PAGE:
Into 3 on the 2nd lap and the car in front of me makes a lazy spin across the nose of my car. I’m able to let off and go around him on the top, but there is a yellow thrown for him, putting him to the back. On the re-start I’m in 4th, with the top 3 going to the A Feature and all other cars going to a consi.

On the green, the cars ahead of me once again take a higher line. The track is already slick and being this is just my 1st time in this car on a track like this, I want to stay on the bottom. I’m able to close on the 3rd place car, and keep watching for him to make a mistake. Another lap or so, and I’m able to get under him in the corner, but he pulls ahead a little on the chute. One more lap and I drive by in the corner and set sail on the 2nd place car. Into 3 and he goes a little high and again, I’m able to make the pass. The leader is in sight and I wonder if I can catch him. However, all I want to do is concentrate on holding my line and not making any mistakes. The white flag is out and I still don’t have any challenges from behind, and I’m closing the gap on the leader. I’m in the Feature, so let’s not make any mistakes - concentrate, concentrate on what I’m doing and not on what the leader is doing. Into 3 and out of 4 and the checkers are out. I’ve finished 2nd and made the A Feature!! J

Jeremy is in the 2nd heat so I want to get back to the pits and out of the car so I can watch him. He’s waiting in line as I go in and I hold up two fingers as I go by to let him know I’d finished 2nd. With all the competition, I feel like I’d WON!!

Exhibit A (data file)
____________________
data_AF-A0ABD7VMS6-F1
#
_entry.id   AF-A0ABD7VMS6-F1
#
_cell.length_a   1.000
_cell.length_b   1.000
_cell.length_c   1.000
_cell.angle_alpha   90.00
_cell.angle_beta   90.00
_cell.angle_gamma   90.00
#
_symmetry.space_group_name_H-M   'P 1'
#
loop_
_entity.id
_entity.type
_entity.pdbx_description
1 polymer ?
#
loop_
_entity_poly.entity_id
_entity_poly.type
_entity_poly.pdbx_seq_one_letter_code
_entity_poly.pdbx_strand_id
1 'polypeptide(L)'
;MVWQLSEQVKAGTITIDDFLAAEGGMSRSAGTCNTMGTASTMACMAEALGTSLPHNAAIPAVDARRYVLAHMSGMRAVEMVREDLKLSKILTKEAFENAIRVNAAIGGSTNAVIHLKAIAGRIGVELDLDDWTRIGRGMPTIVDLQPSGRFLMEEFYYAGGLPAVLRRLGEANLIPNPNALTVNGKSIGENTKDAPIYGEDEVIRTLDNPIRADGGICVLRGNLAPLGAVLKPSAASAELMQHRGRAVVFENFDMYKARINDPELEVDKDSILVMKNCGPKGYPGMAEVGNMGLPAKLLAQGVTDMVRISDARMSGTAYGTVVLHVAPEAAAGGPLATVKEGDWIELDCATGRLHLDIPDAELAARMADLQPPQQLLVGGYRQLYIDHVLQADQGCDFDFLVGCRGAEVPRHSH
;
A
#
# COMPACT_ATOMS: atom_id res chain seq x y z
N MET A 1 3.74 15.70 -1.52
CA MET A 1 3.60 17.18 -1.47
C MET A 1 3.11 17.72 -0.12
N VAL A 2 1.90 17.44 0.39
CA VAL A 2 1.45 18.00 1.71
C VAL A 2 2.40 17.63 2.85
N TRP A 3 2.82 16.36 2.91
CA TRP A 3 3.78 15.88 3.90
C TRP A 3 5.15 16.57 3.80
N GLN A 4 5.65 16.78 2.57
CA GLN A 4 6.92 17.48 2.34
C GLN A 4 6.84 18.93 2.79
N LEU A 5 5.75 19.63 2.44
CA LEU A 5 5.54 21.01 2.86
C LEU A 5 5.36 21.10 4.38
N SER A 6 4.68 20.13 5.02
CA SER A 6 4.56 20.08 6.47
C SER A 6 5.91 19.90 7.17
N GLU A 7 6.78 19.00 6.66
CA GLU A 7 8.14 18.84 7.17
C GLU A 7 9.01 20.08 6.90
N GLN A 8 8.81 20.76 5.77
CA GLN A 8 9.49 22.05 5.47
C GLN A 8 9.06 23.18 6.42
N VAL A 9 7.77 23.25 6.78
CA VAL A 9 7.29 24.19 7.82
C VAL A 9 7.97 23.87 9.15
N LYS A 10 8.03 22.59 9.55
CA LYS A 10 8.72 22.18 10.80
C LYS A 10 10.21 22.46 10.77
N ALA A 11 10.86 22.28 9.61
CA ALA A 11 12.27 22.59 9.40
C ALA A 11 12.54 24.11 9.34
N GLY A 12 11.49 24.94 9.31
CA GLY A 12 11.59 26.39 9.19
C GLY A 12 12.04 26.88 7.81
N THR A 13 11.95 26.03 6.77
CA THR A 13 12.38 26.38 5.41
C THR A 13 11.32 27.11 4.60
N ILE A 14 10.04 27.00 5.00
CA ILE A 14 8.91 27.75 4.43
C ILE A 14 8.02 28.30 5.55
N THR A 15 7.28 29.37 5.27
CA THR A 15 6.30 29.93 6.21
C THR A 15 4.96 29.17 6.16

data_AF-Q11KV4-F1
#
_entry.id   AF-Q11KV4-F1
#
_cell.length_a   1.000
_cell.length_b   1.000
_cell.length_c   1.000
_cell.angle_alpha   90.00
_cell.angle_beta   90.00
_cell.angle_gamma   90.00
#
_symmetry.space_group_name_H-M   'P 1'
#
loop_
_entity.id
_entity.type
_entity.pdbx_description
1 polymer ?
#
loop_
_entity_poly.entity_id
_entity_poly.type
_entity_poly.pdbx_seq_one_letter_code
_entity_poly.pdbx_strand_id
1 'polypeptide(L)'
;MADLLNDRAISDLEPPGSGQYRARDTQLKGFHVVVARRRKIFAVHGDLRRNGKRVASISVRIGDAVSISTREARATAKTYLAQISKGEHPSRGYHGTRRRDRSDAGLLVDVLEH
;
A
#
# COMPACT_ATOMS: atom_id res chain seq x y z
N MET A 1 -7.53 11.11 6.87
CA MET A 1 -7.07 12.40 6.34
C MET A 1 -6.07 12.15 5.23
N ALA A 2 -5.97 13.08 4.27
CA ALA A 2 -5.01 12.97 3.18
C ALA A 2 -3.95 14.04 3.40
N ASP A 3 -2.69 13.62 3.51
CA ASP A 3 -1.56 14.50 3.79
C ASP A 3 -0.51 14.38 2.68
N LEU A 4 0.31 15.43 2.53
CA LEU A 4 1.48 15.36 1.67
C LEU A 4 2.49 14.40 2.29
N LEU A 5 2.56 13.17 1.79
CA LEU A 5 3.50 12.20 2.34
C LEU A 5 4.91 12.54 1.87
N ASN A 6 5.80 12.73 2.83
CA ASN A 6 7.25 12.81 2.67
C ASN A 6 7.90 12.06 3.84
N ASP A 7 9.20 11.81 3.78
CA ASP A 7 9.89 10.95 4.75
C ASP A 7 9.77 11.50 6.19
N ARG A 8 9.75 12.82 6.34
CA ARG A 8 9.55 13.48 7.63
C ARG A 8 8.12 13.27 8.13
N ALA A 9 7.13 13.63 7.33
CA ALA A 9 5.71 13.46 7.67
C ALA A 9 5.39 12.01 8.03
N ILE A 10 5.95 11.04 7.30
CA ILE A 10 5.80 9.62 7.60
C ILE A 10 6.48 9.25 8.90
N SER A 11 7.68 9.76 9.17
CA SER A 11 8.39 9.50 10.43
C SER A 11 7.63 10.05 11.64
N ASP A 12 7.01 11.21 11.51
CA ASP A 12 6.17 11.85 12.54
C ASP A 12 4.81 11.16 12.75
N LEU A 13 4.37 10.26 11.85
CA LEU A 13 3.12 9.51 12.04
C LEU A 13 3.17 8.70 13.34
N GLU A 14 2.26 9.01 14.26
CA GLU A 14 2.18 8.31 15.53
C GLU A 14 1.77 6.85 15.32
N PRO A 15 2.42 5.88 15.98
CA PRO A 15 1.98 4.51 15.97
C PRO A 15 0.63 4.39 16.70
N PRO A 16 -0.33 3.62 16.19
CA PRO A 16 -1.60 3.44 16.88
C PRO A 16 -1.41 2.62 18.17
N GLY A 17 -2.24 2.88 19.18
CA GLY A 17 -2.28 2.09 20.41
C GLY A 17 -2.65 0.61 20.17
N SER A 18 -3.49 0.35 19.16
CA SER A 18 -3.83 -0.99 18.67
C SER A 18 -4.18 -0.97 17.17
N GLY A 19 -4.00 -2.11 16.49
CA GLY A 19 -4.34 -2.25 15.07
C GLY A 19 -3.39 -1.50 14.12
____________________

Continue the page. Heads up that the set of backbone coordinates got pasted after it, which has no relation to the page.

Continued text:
I get to our pit area as fast as I can and get unbuckled and back to the stands so I can watch Jeremy. He does a good job of keeping the car on the bottom and is keeping up with everybody. Then he gets in a bit high going into 3 and almost spins the car. He loses a lot of ground with that slip and can’t get it back. At the end, he has a 6th place finish. When the line-ups come out, he’s on the inside of the 3rd row in his consi.

I’m wanting to be sure the carburetor worked, and Jeremy said it was fine. Except for the near spin, I thought the car looked good. With the track being so dry slick, I don’t think the smaller carb hurt him at all.

We don’t have a lot of extra time to get Jeremy’s 6x fueled and the tires checked before it’s time to start getting lined up for his consi. There are 9 cars in his consi; three will fall in at the back of the A Feature. All the rest will load up and watch the A Feature from the grandstands.

The consi is lined up and as the lead cars are in the middle of 3 & 4, the green is out and they’re racing! However, a car behind Jeremy gets into his left rear and spins him to the infield, bringing out a yellow. The driver that got into Jeremy gets stopped by an official in 4 and is apparently spoken to. Jeremy gets his spot back and once the field is lined back up, the green is flying again and they’re racing! This time, it’s a clean start. Jeremy is able to hold his line and looks pretty good once again. He’s able to move up to 4th and needs one more spot to advance to the back of the A Feature. He’s closing the gap on the 3rd place gap when, going into 1, the 3rd place car spins in front of Jeremy. Jeremy is on the brake and gets stopped as he lightly hits the car that spun. However, the car behind Jeremy hit’s the 6x in the left front suspension, breaking the tie rod and ending Jeremy’s night.